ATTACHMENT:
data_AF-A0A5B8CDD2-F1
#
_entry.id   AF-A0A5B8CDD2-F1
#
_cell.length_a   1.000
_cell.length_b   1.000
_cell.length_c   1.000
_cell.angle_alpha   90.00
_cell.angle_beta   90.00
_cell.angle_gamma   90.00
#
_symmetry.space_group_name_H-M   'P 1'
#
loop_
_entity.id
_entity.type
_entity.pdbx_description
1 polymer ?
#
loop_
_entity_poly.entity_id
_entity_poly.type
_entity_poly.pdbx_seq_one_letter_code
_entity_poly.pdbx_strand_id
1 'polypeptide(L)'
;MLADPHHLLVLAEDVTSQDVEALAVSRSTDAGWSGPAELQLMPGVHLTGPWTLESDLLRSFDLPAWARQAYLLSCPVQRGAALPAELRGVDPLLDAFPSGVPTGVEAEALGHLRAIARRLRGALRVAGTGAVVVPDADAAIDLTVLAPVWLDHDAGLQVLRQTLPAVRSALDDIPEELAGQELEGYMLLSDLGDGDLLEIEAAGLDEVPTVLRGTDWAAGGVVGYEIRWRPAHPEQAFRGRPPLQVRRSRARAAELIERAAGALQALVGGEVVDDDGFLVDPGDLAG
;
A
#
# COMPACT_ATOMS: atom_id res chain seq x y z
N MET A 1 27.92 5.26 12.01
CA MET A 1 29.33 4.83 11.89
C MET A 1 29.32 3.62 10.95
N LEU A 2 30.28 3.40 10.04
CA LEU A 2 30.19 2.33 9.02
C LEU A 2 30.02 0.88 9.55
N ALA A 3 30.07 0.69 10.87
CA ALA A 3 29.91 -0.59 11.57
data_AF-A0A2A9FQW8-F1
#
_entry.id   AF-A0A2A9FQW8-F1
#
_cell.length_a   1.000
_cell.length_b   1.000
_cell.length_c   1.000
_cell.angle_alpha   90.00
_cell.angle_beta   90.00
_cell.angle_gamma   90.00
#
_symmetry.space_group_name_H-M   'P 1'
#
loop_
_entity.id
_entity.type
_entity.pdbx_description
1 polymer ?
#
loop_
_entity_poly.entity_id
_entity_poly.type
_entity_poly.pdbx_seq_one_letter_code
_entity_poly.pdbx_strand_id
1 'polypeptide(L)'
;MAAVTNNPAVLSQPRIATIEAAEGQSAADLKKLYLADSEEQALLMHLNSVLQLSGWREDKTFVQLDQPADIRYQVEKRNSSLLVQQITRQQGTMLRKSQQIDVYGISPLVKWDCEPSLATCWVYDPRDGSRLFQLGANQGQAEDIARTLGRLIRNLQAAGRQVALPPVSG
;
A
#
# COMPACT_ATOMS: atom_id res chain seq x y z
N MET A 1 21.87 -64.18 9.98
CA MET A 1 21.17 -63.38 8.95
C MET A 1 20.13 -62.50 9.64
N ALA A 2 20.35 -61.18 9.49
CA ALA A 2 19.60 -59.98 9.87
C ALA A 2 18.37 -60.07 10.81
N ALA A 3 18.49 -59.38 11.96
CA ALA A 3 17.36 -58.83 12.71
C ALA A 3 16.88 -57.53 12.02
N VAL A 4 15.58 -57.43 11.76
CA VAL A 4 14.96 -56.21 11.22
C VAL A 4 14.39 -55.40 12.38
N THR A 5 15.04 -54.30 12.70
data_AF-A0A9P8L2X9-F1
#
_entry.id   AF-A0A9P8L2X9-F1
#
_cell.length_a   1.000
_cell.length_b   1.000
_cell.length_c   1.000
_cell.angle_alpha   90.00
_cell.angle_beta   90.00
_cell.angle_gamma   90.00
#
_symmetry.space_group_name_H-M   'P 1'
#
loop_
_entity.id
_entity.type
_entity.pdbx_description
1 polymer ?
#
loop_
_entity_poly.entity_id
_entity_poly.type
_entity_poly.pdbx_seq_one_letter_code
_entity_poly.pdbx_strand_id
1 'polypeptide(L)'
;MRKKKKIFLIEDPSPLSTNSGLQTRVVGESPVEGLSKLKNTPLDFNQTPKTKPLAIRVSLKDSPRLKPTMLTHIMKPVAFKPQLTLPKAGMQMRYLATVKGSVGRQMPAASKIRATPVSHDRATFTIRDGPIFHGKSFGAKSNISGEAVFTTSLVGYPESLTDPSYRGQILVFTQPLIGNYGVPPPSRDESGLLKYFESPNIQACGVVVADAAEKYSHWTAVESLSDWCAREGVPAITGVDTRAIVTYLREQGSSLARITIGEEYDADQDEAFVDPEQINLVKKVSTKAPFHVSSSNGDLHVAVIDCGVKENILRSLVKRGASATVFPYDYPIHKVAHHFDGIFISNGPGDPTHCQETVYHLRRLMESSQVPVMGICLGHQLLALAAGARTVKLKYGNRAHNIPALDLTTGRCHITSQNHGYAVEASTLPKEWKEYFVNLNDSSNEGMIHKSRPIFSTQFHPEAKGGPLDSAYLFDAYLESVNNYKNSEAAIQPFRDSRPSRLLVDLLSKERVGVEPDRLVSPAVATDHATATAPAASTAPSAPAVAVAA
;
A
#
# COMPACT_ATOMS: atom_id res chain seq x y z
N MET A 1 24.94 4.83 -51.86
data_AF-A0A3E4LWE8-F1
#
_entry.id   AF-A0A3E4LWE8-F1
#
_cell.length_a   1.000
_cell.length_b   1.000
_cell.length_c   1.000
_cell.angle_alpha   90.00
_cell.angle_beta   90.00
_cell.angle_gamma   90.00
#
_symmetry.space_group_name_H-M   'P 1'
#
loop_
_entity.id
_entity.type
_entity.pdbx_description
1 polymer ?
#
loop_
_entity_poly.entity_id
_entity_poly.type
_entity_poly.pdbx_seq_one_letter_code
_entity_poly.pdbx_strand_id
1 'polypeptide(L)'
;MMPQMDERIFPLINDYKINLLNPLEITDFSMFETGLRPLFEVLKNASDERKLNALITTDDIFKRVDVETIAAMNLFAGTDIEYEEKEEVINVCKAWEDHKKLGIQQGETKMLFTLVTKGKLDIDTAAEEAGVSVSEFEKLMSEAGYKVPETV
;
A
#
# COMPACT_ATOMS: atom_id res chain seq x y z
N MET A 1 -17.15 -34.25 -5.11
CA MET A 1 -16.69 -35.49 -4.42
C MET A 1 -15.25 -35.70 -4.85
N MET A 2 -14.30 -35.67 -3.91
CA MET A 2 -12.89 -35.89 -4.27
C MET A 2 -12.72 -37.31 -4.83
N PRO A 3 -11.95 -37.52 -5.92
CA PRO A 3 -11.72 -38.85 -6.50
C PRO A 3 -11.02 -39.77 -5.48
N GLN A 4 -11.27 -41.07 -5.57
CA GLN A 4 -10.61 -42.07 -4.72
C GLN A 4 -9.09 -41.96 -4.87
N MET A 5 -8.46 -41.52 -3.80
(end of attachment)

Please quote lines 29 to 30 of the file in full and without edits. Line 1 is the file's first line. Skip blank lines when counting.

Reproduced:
#
# COMPACT_ATOMS: atom_id res chain seq x y z